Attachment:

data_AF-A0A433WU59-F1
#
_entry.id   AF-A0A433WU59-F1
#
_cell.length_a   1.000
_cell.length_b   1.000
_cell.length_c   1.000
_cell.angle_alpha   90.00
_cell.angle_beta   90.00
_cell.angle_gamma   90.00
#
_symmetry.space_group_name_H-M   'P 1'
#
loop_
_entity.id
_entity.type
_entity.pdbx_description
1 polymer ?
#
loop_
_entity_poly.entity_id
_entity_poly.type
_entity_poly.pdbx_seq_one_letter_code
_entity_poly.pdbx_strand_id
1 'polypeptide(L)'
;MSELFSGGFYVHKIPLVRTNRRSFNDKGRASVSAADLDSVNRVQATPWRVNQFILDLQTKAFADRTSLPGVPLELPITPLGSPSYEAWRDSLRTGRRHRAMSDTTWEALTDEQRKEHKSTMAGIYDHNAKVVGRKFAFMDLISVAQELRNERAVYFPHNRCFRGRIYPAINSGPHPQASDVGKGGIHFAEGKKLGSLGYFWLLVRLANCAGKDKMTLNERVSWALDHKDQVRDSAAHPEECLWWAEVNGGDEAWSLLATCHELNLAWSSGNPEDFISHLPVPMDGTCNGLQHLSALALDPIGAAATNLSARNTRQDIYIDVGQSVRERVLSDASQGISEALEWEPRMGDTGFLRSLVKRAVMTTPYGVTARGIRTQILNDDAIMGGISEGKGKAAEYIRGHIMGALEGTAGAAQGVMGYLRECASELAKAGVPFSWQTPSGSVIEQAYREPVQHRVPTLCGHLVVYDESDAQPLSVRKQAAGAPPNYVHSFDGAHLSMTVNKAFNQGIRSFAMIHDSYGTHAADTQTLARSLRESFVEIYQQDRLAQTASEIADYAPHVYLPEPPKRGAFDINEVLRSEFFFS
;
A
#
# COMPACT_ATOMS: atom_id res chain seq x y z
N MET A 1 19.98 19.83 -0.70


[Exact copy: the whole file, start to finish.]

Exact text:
data_AF-A0A433WU59-F1
#
_entry.id   AF-A0A433WU59-F1
#
_cell.length_a   1.000
_cell.length_b   1.000
_cell.length_c   1.000
_cell.angle_alpha   90.00
_cell.angle_beta   90.00
_cell.angle_gamma   90.00
#
_symmetry.space_group_name_H-M   'P 1'
#
loop_
_entity.id
_entity.type
_entity.pdbx_description
1 polymer ?
#
loop_
_entity_poly.entity_id
_entity_poly.type
_entity_poly.pdbx_seq_one_letter_code
_entity_poly.pdbx_strand_id
1 'polypeptide(L)'
;MSELFSGGFYVHKIPLVRTNRRSFNDKGRASVSAADLDSVNRVQATPWRVNQFILDLQTKAFADRTSLPGVPLELPITPLGSPSYEAWRDSLRTGRRHRAMSDTTWEALTDEQRKEHKSTMAGIYDHNAKVVGRKFAFMDLISVAQELRNERAVYFPHNRCFRGRIYPAINSGPHPQASDVGKGGIHFAEGKKLGSLGYFWLLVRLANCAGKDKMTLNERVSWALDHKDQVRDSAAHPEECLWWAEVNGGDEAWSLLATCHELNLAWSSGNPEDFISHLPVPMDGTCNGLQHLSALALDPIGAAATNLSARNTRQDIYIDVGQSVRERVLSDASQGISEALEWEPRMGDTGFLRSLVKRAVMTTPYGVTARGIRTQILNDDAIMGGISEGKGKAAEYIRGHIMGALEGTAGAAQGVMGYLRECASELAKAGVPFSWQTPSGSVIEQAYREPVQHRVPTLCGHLVVYDESDAQPLSVRKQAAGAPPNYVHSFDGAHLSMTVNKAFNQGIRSFAMIHDSYGTHAADTQTLARSLRESFVEIYQQDRLAQTASEIADYAPHVYLPEPPKRGAFDINEVLRSEFFFS
;
A
#
# COMPACT_ATOMS: atom_id res chain seq x y z
N MET A 1 19.98 19.83 -0.70